I haven't really made much progress on my drawing on my 2 free days (I had leave from my day job), even a chilly breezy day like today was too much temptation, and I spent a nice portion of it reading The Children's Book, which draws me deeper into its web.

A web of words, a web of lines.

My pen nibs have been getting on my nerves though. They keep clogging up, chewing up feathers of paper that block the flow of ink, or choking on ink that dries too quickly in the sticky warm air. It's one of those times I wish I could find some other way to work in ink, but nothing gives a crisp, sensitive line like a dip pen. Nothing else has that air of danger. (As the yellow streaks in this close-up illustrate - mistakes once made are there forever. I need to tone down the yellow gouache I've covered mine up with, hopefully it won't be so noticeable then)

Monday, 20 June 2011

Visiting and enjoying the garden

What a lovely day it's been today. I've spent most of it in the garden, painting the fence, reading, listening to the cricket, reading AS Byatt's scrupulouly written The Children's Book (it really paints the era so vividly it feels luxurious and intellectual at the same time) and fitting in a little work, and much needed relaxation.

I've been working on Frou Frou, but progress is so excrutiatingly slow, I'll save posting work in progress until there's something worth showing.

I made another quick sketch of my beloved poplar tree, which towers so luxuriously (favourite word of the moment, it's a good job I'm not playing Just A Minute) over the garden. It's been a constant presence throughout my life, along with its partner which Mum employed a bunch of cowboys to lop a couple of years ago. They ended up butchering it, I have to try not to think about it, because I get quite upset.

Anyway, here's my sketch.

And here's an even quicker sketch of washing on the line.

Yesterday G and I visited the lovely, tranquil Moors Meadow Garden, which has recently been voted Most Romantic Garden.

It's very much a personal garden, no shop and no tearoom (though I think a tearoom would attract more visitors), and a little Googling found this sad piece. I hope the garden doesn't close to the public, it's such a gentle, beautiful place and utterly, deliciously quiet.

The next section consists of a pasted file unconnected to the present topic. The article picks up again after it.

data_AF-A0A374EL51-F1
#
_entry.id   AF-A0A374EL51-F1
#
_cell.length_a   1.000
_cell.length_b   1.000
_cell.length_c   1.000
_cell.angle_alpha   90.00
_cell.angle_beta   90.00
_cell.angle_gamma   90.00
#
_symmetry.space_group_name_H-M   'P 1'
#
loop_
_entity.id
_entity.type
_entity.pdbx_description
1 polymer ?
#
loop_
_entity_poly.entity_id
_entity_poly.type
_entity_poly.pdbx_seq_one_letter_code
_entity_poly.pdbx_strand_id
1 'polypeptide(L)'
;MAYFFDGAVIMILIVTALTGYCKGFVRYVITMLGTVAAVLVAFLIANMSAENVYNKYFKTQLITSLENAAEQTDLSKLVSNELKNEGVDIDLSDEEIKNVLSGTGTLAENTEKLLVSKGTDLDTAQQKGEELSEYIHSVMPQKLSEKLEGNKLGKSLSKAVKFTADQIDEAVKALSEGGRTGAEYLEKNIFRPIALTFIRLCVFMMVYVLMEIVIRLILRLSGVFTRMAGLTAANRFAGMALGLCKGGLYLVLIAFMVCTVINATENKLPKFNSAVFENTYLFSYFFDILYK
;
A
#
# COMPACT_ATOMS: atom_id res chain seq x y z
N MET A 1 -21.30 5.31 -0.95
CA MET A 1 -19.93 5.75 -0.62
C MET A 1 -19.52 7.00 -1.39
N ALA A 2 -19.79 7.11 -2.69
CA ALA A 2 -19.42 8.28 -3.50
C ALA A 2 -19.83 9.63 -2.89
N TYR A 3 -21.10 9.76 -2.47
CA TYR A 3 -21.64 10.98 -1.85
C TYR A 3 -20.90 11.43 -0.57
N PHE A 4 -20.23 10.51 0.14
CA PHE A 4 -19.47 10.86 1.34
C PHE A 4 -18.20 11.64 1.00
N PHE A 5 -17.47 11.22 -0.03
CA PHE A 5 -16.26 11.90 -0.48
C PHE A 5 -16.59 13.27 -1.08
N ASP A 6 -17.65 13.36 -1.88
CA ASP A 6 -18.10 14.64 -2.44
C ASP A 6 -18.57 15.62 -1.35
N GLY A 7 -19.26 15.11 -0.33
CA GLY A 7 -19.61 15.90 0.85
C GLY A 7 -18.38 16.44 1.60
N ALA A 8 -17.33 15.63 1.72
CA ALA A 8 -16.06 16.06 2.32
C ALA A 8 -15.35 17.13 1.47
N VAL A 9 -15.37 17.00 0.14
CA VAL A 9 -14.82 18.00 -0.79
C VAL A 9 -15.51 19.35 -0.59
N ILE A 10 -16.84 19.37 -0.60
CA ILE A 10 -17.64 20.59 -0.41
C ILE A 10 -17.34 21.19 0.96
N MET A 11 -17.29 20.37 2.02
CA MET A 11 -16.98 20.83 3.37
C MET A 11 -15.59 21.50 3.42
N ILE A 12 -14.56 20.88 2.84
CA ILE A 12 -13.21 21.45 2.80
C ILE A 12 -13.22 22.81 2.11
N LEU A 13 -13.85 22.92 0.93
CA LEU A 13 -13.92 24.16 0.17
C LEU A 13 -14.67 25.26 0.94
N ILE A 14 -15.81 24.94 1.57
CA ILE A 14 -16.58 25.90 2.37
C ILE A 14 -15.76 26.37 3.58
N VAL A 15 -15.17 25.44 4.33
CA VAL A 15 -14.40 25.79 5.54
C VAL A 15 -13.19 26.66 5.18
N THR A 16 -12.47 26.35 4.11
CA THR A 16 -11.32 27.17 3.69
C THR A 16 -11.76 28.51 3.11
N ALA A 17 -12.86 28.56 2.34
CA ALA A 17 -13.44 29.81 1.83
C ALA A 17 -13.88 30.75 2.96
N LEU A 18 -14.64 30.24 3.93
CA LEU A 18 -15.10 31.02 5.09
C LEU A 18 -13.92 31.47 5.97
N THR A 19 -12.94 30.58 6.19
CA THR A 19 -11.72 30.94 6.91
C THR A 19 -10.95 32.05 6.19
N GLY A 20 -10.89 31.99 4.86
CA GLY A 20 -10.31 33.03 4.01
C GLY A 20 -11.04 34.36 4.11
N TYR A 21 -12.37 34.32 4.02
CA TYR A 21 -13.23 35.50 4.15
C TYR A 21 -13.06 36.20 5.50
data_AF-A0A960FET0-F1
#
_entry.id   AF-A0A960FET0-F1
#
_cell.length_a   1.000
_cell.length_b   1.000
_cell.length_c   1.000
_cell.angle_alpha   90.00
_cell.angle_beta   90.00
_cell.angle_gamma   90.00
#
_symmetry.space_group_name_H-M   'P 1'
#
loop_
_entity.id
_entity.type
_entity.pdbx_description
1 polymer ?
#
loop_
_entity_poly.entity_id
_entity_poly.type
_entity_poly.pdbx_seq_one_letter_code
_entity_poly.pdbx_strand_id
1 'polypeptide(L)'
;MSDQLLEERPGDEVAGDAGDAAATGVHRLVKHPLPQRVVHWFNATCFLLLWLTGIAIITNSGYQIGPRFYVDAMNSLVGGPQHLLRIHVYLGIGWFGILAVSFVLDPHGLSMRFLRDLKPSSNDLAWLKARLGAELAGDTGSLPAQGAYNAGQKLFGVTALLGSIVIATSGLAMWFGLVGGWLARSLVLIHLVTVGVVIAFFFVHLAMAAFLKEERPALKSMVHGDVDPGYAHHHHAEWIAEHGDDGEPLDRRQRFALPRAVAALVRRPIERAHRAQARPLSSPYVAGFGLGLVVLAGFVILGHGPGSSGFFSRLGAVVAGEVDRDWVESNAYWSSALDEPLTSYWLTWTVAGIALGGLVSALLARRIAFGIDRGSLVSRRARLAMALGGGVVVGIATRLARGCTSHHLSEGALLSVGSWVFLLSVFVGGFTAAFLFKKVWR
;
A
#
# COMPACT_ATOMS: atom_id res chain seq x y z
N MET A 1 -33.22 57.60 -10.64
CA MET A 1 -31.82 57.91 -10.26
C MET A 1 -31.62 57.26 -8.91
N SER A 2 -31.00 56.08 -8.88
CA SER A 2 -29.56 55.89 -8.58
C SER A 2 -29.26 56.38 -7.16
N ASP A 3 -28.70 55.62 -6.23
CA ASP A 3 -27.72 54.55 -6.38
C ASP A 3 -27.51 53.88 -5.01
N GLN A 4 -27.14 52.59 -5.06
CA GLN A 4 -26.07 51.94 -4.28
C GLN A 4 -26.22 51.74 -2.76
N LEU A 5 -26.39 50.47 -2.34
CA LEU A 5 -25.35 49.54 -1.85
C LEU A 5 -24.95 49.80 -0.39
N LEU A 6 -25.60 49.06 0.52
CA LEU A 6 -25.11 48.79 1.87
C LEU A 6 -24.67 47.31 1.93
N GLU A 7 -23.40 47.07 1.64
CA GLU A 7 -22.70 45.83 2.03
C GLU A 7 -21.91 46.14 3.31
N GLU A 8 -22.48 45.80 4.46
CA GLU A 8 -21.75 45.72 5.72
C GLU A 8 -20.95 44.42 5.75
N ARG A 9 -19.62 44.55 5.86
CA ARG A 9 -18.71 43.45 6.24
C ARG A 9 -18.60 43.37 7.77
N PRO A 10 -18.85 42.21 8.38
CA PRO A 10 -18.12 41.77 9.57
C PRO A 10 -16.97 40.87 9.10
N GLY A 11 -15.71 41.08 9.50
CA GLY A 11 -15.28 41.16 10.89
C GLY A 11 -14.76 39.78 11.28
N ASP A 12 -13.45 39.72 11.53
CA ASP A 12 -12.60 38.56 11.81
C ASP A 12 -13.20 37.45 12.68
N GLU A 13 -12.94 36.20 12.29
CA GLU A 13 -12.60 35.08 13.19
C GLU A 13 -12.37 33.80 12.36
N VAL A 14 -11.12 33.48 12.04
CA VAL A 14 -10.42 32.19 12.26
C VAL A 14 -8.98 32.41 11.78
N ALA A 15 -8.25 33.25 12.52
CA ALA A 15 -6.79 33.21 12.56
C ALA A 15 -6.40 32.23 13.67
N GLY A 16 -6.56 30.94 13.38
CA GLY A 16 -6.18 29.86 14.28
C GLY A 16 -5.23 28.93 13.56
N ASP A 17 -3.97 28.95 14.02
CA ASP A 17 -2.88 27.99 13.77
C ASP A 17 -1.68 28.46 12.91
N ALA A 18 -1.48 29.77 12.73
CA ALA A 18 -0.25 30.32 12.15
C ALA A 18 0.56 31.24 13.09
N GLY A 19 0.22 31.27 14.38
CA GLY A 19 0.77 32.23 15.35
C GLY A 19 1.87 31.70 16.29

Thursday, 16 June 2011


The last time I visited Walsall Art Gallery it was housed in an uninspiring building above the town's library. Today I visited the New Art Gallery (though it celebrated its tenth birthday last year) mainly to see the Samuel Palmer exhibition.

The gallery is showing its age a little, just some wear and tear here and there, but it's still a striking place, the solid building towering grandly over the slightly run down surroundings of Walsall town (though there are plenty of shops and coffee shops, Walsall isn't taking the recession lying down).

Samuel Palmer's tiny jewel like work worships and romanticises a rural world far removed from the industrial setting that surrounds it. His self-portrait is out of this world. Astonishingly lucidly real, stand in front of it and you look back across almost 200 years into the youthful, intense features of a young man with a life of inspiration and disappointment ahead of him. It's such a moving picture, technically superb. The splodges of what look like spilled water that scar the bottom right hand corner are so poignant. These marks make me think of the neglect that Samuel Palmer's work suffered in his own day, yet at the same time, these flaws in the perfection make the work fresh, utterly free from the confines of contemporaneous time. Flaws like these, like David Cox's freewheeling birds born of flaws in cheap paper, make us realise that art is made of the most fleeting impulses, and comes about through the most precarious of coincidences. True art is both enduring and fragile.

On rainy, grim Sunday just gone G and I went to see my 2 pictures in the RBSA Prize Exhibition. I enjoyed the exhibition, but was embarrassed by my pictures. I didn't think they deserved to hang there this year. Despite the fact that I'd been pleased with them both when they were in the safe cocoon of my box room studio.